Unlike many market researchers, Klauber never begins his work with a theory. (“When you do that,” he says, “you tend to validate what you already know, and you miss a lot of learning opportunities.”) Instead, Klauber and his team start by asking general, open-ended questions about people’s lives. “We back our way into the subject matter,” says Klauber. “That way, people don’t just tell us what they think we want to hear. They tell us what matters to them.”
Moreover, Klauber and his team never put a bunch of strangers together in a room, as most focus-group organizers do. Instead, they interview subjects in the company of members of an “affinity group.” For this particular project, Klauber’s team would invite one child to a workshop and then ask that child to bring along some friends. “Being with your peer group acts as an incredibly honest governor,” says Klauber.
And interview sessions always take place “in context” — whether the topic at hand is kids or cars. When Klauber is exploring how adults feel about cars, for example, he meets with them inside actual automobiles. For his research on children, he held workshops in playgrounds, in backyards, and even in kids’ bedrooms. “If you hold a session where the activity that you’re studying actually takes place,” says Klauber, “the environment helps reveal your subject’s feelings.”
In fact, Klauber stumbled across one of his findings — that kids look to video games, rather than to computer games, for most of their technology-enhanced fun — by watching young children interact with computers. “A lot of them would talk as if they knew their way around the Internet,” says Klauber. “But when we said, ‘Okay, turn on the computer,’ they wouldn’t be able to — because they didn’t know the password. Or they would have trouble navigating the Net. It turned out that almost all of these kids needed their parents’ permission to use the computer.”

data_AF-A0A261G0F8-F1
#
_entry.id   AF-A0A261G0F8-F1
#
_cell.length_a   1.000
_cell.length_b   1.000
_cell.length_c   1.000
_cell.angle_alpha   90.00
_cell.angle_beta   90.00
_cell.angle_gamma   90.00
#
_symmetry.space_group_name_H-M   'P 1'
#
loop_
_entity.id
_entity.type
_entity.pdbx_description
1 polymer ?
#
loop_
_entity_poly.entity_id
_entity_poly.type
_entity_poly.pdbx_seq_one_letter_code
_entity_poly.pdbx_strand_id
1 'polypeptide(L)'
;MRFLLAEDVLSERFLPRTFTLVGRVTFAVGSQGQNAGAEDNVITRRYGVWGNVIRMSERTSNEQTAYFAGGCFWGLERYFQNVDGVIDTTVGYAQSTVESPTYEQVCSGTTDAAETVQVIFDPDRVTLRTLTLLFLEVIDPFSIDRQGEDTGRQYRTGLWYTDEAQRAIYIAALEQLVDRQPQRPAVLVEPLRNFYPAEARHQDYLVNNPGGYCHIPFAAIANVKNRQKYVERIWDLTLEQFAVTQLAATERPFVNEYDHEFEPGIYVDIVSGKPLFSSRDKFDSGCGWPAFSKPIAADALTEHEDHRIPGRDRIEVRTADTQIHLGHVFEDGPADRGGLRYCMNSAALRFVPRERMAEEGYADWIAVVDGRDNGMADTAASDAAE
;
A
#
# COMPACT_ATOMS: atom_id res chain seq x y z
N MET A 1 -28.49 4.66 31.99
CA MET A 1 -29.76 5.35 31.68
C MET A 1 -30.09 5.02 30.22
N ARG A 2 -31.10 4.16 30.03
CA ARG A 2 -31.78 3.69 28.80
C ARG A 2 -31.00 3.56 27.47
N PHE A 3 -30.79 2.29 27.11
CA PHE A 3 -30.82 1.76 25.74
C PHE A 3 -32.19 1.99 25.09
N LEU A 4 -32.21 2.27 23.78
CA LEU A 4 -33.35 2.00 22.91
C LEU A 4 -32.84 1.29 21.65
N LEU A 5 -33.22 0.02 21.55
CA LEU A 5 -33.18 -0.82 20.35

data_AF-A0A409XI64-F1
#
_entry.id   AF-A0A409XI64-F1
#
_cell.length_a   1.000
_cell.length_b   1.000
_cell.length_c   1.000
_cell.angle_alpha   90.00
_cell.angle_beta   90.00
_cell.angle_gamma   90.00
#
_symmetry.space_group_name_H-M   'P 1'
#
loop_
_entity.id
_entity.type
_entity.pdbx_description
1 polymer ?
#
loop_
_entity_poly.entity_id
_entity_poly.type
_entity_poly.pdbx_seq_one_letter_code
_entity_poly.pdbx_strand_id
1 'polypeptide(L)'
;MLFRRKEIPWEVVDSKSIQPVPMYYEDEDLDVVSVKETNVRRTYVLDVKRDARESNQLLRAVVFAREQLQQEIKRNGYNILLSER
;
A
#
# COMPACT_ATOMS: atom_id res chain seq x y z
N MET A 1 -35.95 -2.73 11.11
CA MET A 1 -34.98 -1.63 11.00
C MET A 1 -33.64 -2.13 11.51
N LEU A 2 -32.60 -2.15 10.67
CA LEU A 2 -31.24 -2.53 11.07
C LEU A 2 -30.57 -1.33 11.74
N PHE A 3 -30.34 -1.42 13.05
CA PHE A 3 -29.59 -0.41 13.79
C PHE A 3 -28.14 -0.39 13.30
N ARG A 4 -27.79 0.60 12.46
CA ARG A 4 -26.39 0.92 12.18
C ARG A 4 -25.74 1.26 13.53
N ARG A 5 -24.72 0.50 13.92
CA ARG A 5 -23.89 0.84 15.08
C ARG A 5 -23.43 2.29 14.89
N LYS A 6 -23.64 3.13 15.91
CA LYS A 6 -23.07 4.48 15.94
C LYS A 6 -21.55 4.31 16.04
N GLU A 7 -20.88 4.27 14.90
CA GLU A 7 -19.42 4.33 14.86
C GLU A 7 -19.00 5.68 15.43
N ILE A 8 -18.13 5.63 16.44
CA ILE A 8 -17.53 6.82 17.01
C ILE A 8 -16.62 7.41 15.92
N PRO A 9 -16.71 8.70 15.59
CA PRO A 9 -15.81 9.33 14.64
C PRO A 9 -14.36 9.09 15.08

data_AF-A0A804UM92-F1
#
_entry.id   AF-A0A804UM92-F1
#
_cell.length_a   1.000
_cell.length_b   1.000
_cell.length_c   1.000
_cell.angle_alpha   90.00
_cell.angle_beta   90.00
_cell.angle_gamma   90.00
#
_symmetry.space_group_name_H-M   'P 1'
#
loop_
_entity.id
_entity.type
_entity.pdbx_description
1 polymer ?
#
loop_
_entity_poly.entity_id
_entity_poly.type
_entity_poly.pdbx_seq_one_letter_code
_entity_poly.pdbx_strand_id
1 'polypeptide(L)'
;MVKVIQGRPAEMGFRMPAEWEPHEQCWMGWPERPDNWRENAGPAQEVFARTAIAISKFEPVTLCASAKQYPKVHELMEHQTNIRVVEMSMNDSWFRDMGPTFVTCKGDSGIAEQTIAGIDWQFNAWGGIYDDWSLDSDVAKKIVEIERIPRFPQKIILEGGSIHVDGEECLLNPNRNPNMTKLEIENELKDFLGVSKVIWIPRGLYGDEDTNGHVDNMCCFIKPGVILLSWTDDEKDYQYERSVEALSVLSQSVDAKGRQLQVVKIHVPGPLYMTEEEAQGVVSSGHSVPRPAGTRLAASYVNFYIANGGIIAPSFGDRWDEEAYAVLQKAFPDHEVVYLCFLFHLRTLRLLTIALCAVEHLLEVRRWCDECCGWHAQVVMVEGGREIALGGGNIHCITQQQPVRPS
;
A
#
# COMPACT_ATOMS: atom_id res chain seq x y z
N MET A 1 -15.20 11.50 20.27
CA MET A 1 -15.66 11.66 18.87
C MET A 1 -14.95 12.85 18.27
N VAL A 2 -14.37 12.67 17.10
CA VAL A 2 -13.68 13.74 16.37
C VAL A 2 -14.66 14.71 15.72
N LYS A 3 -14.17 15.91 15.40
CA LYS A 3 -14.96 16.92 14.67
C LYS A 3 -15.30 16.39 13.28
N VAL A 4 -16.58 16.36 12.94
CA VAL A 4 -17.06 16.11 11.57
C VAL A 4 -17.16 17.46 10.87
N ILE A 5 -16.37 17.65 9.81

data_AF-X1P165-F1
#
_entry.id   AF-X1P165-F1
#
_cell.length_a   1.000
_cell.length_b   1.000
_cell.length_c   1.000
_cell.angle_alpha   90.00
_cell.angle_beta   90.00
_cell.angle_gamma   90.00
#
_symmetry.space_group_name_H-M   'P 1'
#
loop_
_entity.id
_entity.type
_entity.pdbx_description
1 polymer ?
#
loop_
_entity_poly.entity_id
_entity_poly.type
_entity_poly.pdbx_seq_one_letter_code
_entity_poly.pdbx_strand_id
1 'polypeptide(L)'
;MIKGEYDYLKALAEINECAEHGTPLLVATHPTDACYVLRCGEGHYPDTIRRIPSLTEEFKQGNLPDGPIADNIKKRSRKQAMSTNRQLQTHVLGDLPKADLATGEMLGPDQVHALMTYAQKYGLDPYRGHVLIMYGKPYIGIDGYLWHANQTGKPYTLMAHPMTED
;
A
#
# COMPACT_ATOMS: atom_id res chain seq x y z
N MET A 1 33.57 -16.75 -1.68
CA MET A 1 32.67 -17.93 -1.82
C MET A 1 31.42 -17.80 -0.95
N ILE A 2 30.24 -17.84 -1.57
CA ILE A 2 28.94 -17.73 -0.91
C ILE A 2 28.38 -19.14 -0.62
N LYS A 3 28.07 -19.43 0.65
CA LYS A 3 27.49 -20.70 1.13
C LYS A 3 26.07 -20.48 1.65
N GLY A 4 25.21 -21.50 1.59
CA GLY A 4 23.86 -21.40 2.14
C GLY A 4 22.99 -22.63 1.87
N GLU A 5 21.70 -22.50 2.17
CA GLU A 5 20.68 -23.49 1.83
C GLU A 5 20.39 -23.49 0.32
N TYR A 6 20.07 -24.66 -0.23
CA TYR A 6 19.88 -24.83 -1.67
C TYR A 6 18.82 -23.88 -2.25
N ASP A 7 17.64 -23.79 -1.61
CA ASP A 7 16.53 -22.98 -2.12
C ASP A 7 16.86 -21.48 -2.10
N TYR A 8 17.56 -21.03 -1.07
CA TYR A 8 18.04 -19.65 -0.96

Klauber’s conclusion: For this generation, PCs aren’t about play — they’re about utility. “The Internet and the personal computer are for information, not for fun,” he says. “Even with flashy computer games, kids can smell the educational aspect. They told us, ‘I only play them when my parents won’t let me use my Nintendo.’ “
Indeed, Klauber is unyielding in his claim that most companies have vastly underestimated the popularity and the power of video games. “A lot of clients still think that video games are a fad,” he says. “But, along with TV, this is the medium of choice for young kids — over movies and computers.”
Klauber is also adamant in his belief that there is a hopeful side to his research — even though most parents are bound to find his conclusions troubling. “Kids want to be more creative, and their parents want them to be that way too,” he says. “We’re finally at a point where technology has become sophisticated enough to bring back a sense of imagination. Some of the newer video games challenge creativity just as much as a good book does.”
There’s no question that Klauber’s findings are causing some of his clients and colleagues to rethink their ideas about kids and their needs. For instance, after listening to Klauber’s presentation, an executive at Mattel took a leave of absence to devote more time to her children. One FCB executive was so moved by the findings that he left work early to talk to his wife about how they could make their kids’ lives a little less structured.
For Klauber, who has no children and who has spent his entire career in advertising, the project is just another affirmation that good research can accomplish a lot. “Sometimes, we really can dig deeper and see things before anyone else does,” he says.
Pamela Kruger (firstname.lastname@example.org) is a Fast Company contributing editor. Contact Ted Klauber by email (email@example.com).